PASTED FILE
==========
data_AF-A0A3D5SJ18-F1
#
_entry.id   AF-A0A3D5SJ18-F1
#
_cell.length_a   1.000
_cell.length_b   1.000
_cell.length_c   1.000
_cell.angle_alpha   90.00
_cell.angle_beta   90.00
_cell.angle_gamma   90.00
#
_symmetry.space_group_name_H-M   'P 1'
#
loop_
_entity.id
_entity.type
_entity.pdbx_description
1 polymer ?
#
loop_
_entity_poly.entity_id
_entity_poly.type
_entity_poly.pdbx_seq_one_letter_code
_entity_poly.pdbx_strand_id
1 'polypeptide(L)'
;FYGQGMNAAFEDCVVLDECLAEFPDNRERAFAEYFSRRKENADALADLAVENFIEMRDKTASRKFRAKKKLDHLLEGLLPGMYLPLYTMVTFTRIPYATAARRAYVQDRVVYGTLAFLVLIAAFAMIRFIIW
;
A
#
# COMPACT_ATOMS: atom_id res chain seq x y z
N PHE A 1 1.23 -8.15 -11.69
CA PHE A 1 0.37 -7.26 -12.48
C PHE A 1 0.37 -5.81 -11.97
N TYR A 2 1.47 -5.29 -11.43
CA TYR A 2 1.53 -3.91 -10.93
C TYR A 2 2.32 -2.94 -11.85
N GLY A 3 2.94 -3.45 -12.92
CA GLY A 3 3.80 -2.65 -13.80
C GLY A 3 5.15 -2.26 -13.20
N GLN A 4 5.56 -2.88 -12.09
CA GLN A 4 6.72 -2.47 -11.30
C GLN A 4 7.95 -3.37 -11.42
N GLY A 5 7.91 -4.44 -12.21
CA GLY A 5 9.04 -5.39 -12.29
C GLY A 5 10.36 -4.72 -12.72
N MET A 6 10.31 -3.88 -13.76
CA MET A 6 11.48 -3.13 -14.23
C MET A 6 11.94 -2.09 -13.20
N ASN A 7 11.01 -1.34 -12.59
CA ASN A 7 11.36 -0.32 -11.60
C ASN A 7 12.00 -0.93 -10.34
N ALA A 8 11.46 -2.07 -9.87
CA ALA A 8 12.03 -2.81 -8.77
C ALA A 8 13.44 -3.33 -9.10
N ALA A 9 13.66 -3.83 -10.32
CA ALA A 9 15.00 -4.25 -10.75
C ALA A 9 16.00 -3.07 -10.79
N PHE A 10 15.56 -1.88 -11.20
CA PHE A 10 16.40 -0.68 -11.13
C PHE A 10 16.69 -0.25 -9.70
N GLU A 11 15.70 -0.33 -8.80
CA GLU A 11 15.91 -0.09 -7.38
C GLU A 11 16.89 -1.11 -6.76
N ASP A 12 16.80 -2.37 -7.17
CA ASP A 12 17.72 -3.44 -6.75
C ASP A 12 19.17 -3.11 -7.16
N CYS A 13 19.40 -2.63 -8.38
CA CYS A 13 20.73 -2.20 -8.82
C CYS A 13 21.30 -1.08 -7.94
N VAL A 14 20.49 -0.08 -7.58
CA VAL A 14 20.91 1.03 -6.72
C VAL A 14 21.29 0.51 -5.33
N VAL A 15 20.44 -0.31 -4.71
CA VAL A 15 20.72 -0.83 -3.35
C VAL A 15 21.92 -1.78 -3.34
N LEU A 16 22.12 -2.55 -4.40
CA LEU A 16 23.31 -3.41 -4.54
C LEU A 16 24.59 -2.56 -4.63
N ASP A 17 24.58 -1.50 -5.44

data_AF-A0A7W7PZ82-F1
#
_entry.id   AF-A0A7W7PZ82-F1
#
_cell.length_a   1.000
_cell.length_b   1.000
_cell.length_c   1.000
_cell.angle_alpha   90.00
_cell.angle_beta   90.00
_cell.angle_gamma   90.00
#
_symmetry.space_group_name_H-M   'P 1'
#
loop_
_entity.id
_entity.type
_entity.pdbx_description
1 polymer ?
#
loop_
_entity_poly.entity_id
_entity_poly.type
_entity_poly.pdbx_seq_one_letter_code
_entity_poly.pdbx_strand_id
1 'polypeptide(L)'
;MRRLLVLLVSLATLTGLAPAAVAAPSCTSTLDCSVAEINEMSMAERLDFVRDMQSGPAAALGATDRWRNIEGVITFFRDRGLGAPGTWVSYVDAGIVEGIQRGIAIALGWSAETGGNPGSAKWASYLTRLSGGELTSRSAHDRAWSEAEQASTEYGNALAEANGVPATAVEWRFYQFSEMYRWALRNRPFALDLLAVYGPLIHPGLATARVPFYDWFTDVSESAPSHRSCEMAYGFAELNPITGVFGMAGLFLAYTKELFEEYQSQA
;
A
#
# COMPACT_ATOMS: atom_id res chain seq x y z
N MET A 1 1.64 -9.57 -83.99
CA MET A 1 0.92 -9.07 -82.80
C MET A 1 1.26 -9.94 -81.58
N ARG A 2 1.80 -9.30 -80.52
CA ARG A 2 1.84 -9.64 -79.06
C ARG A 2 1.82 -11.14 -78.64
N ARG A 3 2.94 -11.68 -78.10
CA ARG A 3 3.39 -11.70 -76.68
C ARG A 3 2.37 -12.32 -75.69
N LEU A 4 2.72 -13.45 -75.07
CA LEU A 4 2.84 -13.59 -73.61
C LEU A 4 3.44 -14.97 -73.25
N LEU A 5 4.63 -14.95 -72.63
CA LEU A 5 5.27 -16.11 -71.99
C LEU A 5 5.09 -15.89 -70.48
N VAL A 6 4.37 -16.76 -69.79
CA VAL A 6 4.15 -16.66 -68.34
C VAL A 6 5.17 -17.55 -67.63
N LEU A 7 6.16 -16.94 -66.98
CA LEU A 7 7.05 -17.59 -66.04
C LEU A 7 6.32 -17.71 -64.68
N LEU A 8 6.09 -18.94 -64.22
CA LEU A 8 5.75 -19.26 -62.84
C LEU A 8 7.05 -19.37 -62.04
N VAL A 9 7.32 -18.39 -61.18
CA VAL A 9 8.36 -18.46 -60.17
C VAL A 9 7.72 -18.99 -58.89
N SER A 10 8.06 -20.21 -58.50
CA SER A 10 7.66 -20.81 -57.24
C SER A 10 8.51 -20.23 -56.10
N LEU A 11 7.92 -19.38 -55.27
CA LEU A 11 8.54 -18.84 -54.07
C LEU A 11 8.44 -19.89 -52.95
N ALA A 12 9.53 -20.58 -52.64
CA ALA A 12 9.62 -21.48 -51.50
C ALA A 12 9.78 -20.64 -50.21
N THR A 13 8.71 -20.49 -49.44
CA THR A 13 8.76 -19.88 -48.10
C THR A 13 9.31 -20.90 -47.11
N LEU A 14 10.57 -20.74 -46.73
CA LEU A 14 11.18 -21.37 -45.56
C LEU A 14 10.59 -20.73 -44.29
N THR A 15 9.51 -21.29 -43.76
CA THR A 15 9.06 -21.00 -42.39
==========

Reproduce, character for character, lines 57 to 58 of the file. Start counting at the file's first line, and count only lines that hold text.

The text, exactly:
C ALA A 9 16.00 -3.07 -10.79
N PHE A 10 15.56 -1.88 -11.20